Republics of Myth (book forthcoming with Johns Hopkins Press) argues that a major contributing factor to the tenacious enmity between Iran and the United States is how each nation views itself. The two nations have differing interests and grievances about each other, but their often-deadly confrontation derives from the very different national narratives that shape their politics, actions, and vision of their own destiny in the world.
The dominant American narrative is the myth of the frontier—that the US can tame it, tame its inhabitants, and nurture democracy as well. Iran, conversely, can claim two dominant myths: the first, an unbroken (but not for lack of trying) lineage back to Cyrus the Great, and the second, the betrayal of Imam Hussein, the Prophet’s grandson. Both Iranian myths feature a detestable outsider as an enemy of the Iranian state and source of the nation’s ills and misfortune. The two countries have clashed so severely in part, the authors argue, because their national narratives constantly drive them to do so. Drawing on newly declassified documents and discussions with policymakers, the authors analyze an array of missed opportunities over several decades to improve the US-Iran relationship.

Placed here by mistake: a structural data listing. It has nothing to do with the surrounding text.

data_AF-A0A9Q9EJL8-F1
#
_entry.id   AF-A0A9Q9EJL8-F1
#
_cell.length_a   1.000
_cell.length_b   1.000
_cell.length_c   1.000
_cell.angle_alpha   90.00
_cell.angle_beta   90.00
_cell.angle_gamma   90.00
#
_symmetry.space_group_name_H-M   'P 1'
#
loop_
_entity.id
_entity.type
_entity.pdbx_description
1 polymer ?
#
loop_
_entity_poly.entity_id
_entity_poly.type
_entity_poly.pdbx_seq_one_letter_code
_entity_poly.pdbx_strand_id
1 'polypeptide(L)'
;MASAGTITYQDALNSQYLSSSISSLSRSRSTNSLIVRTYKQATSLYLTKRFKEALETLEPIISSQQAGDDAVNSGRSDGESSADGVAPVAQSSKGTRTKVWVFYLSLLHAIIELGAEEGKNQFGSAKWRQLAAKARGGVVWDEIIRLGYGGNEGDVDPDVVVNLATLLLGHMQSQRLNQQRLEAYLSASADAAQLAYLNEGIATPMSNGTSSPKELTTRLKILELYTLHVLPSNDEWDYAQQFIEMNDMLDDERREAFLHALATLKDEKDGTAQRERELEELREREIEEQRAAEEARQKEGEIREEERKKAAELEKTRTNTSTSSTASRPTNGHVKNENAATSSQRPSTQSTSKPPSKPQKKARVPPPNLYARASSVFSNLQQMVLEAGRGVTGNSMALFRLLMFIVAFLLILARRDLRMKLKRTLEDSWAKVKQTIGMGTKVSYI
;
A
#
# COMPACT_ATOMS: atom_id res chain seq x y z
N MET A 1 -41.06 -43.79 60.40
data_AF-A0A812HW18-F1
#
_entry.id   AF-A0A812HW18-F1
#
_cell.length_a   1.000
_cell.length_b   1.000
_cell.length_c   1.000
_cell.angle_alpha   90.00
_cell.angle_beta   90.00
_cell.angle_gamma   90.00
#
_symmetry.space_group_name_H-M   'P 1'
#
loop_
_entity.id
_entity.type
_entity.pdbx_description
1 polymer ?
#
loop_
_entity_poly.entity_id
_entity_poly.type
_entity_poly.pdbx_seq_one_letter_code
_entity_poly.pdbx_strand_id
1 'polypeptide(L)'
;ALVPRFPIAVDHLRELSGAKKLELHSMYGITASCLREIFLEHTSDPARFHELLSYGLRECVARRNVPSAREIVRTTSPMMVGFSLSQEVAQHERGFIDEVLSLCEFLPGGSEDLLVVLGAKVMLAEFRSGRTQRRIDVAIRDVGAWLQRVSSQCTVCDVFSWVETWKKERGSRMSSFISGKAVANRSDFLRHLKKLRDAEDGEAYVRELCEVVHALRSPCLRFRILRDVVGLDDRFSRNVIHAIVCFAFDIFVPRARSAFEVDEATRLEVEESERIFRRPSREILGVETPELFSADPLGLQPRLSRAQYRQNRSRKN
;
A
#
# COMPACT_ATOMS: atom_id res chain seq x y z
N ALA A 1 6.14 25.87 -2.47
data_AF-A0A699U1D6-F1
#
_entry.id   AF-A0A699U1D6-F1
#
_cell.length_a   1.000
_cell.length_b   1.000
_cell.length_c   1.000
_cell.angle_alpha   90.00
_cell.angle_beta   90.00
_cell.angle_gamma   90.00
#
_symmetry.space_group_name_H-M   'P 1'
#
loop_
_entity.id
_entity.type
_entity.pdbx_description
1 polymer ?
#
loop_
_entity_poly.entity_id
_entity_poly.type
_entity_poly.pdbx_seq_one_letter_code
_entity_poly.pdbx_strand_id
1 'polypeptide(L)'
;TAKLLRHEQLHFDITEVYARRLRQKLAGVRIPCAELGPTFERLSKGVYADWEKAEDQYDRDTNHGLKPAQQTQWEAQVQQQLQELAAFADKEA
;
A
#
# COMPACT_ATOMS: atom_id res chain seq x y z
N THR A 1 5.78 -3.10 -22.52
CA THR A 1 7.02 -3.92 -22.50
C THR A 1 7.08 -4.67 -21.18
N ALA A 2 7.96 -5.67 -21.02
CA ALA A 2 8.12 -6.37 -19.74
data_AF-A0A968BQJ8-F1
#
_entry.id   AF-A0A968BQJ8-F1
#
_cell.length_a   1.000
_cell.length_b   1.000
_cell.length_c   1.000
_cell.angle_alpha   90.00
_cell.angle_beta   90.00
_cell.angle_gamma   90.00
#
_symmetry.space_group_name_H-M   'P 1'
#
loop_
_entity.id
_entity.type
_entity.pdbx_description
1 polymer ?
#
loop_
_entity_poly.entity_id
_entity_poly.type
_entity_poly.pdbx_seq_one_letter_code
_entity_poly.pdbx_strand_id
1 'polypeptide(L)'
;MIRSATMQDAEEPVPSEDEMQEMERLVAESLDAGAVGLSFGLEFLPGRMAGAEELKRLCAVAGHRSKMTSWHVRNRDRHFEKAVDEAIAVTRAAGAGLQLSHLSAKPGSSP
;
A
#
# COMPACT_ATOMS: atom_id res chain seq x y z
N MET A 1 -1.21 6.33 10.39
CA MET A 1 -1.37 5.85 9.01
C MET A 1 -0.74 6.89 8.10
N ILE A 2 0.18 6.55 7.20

From the coup d’état that overthrew Iran’s legitimate premier Mohammad Mosaddeq to the hostage crisis, the Iran-Iraq War, the 1996 Khobar Towers bombing, post-9/11 antagonisms, and other points of conflict, each episode illustrates anew the weight of historical narratives on present circumstances. Finally, Barack Obama’s diplomacy and Donald Trump’s determination to undo the 2015 nuclear accord are explored—both examples of the enduring power of America’s frontier narrative.
Speaker: Huss Banai
Discussants: Louise Fawcett and Andrew Payne